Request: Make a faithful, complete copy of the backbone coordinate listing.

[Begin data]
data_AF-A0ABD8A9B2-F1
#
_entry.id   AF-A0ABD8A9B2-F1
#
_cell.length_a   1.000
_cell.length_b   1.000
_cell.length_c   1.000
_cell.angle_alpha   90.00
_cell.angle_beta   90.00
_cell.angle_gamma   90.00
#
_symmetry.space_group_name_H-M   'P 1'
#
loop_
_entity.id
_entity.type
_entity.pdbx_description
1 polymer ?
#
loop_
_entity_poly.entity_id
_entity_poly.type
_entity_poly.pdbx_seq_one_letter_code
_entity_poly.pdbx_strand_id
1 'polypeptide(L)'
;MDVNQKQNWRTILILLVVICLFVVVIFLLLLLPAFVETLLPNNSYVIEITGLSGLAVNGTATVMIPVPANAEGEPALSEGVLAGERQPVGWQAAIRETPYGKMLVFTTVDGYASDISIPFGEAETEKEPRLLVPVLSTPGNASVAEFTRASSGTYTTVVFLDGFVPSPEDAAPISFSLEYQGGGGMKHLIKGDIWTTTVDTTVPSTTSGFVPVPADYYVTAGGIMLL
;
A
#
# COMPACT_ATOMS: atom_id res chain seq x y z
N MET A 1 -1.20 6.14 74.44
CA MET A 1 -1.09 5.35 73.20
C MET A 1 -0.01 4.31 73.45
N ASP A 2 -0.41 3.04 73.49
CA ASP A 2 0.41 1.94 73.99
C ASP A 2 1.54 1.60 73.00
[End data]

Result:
data_AF-A0ABD8A9B2-F1
#
_entry.id   AF-A0ABD8A9B2-F1
#
_cell.length_a   1.000
_cell.length_b   1.000
_cell.length_c   1.000
_cell.angle_alpha   90.00
_cell.angle_beta   90.00
_cell.angle_gamma   90.00
#
_symmetry.space_group_name_H-M   'P 1'
#
loop_
_entity.id
_entity.type
_entity.pdbx_description
1 polymer ?
#
loop_
_entity_poly.entity_id
_entity_poly.type
_entity_poly.pdbx_seq_one_letter_code
_entity_poly.pdbx_strand_id
1 'polypeptide(L)'
;MDVNQKQNWRTILILLVVICLFVVVIFLLLLLPAFVETLLPNNSYVIEITGLSGLAVNGTATVMIPVPANAEGEPALSEGVLAGERQPVGWQAAIRETPYGKMLVFTTVDGYASDISIPFGEAETEKEPRLLVPVLSTPGNASVAEFTRASSGTYTTVVFLDGFVPSPEDAAPISFSLEYQGGGGMKHLIKGDIWTTTVDTTVPSTTSGFVPVPADYYVTAGGIMLL
;
A
#
# COMPACT_ATOMS: atom_id res chain seq x y z
N MET A 1 -1.20 6.14 74.44
CA MET A 1 -1.09 5.35 73.20
C MET A 1 -0.01 4.31 73.45
N ASP A 2 -0.41 3.04 73.49
CA ASP A 2 0.41 1.94 73.99
C ASP A 2 1.54 1.60 73.00